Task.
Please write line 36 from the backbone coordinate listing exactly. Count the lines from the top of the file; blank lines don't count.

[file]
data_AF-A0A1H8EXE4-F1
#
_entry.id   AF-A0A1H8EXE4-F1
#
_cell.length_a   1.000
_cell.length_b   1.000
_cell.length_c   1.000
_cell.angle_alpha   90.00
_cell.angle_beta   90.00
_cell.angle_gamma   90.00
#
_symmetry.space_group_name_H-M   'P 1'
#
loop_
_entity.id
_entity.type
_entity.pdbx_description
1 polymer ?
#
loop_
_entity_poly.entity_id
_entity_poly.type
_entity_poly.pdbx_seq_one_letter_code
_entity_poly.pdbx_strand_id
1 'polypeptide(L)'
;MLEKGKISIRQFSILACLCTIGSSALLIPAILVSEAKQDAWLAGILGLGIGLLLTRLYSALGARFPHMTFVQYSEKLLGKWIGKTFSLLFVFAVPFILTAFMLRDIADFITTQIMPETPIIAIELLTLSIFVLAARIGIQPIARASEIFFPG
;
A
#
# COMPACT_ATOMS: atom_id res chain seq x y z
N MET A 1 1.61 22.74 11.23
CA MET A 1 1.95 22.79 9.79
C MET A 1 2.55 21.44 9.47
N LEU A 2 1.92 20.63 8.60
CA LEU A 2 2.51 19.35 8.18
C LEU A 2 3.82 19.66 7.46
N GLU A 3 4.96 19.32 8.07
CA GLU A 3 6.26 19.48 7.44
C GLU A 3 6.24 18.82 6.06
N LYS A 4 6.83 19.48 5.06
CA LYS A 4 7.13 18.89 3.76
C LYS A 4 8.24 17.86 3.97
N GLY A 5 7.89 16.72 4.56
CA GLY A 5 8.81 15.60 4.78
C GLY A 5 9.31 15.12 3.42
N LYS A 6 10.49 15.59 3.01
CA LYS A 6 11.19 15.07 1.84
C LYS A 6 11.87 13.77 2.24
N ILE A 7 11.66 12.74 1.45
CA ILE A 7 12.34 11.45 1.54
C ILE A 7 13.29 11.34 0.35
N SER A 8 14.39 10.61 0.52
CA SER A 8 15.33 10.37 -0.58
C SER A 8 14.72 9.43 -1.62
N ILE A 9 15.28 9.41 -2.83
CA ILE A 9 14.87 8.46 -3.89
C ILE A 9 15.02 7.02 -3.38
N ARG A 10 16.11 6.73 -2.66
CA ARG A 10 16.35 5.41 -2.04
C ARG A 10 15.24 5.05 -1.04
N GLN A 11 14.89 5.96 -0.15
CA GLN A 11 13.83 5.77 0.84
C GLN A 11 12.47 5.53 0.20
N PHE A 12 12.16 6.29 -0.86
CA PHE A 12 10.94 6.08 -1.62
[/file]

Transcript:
C LEU A 2 3.82 19.66 7.46